Protocol Detail:

Every byte put on the SDA line must be eight bits long. The number of bytes that can be transmitted per transfer is unrestricted. Each byte must be followed by an Acknowledge bit. Data is transferred with the Most Significant Bit (MSB) first to LSB last.

For each clock pulse one bit of data is transferred. The SDA signal can only change when the SCL signal is low – when the clock is high the data should be stable.

The data on the SDA line must be stable during the HIGH period of the clock. The HIGH or LOW state of the data line can only change when the clock signal on the SCL line is LOW.

Start and Stop Condition:

Start and stop condition always generated by master.

Bus is busy after start condition and free after stop condition.

To send another data or receive data, need to generate Repeated Start instead of stop.

Sending Address and Read/Write Bit:

After sending start condition need to send 7 bit device address and one bit of operation bit like below.

Each device you use on the I2C bus must have a unique address. For some devices e.g. serial memory you can set the lower address bits using input pins on the device others have a fixed internal address setting e.g. a real time clock DS1307. You can put several memory devices on the same IC bus by using a different address for each.

10 bit of addressing is another method of addressing slave but not used widely

Sending Data:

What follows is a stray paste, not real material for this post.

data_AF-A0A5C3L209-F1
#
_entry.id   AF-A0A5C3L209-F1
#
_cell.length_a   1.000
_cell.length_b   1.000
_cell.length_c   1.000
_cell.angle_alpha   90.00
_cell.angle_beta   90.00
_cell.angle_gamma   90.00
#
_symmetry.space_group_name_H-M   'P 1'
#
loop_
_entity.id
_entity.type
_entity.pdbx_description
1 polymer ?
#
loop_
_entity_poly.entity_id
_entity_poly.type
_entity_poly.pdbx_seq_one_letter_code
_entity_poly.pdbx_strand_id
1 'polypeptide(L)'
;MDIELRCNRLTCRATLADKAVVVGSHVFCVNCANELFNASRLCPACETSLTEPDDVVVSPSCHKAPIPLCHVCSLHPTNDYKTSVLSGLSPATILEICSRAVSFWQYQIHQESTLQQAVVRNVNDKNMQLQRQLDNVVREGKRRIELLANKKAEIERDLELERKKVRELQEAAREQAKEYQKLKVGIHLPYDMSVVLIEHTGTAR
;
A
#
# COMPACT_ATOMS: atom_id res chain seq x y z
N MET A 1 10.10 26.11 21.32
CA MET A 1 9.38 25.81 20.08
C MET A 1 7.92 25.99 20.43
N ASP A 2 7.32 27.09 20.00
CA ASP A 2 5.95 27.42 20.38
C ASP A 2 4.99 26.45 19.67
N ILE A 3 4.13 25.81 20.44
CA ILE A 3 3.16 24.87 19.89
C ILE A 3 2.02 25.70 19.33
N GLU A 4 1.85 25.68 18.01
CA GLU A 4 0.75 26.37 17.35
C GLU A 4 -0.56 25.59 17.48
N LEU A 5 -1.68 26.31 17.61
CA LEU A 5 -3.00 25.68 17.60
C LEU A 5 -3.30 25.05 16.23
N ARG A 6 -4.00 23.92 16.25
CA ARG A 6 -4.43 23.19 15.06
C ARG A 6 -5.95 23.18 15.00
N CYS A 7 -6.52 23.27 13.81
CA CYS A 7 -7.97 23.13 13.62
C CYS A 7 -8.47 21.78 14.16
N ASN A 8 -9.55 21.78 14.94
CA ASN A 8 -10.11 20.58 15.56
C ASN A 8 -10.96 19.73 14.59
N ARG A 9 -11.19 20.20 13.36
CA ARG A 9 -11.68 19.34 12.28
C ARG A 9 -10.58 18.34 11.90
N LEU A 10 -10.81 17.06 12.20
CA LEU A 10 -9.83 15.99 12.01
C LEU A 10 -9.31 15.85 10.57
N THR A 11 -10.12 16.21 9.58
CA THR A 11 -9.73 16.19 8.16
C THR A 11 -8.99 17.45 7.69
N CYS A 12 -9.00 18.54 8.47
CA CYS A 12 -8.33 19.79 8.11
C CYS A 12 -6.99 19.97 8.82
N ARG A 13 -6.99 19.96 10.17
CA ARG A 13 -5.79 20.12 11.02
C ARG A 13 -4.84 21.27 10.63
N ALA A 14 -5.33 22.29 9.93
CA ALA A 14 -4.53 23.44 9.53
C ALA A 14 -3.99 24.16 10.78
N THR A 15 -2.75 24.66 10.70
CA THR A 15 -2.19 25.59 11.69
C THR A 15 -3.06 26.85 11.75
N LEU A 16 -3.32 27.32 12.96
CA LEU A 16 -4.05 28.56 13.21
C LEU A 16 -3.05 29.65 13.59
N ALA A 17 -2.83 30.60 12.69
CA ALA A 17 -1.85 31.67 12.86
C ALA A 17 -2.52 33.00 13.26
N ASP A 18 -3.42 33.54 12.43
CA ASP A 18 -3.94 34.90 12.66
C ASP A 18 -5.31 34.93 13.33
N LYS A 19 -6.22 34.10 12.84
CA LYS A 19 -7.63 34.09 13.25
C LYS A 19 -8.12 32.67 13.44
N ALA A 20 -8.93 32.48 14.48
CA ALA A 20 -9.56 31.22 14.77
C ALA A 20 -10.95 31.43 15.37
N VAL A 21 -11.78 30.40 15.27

Data is sending after receiving Ack Byte from slave and data must be 8 bit.

ACK:

Data transfer with acknowledge is obligatory. The acknowledge-related clock pulse is generated by the master. The transmitter releases the SDA line (HIGH) during the acknowledge clock pulse.

The receiver must pull down the SDA line during the acknowledge clock pulse so that it remains stable LOW during the HIGH period of this clock pulse. Of course, set-up and hold times must also be taken into account.

Usually, a receiver which has been addressed is obliged to generate an acknowledgement after each byte has been received. The master can then generate either a STOP condition to abort the transfer, or a repeated START condition to start a new transfer.

No ACK:

If, after transmission of the 8th bit from the master to the slave the slave does not pull the SDA line low, then this is considered a No ACK condition.

This condition may be created due to the following reasons.

The slave is not there (in case of an address).

The slave missed a pulse and got out of sync with the SCL line of the master.

The bus is “stuck”. One of the lines could be held low permanently.

In any case the master should abort by attempting to send a stop condition on the bus.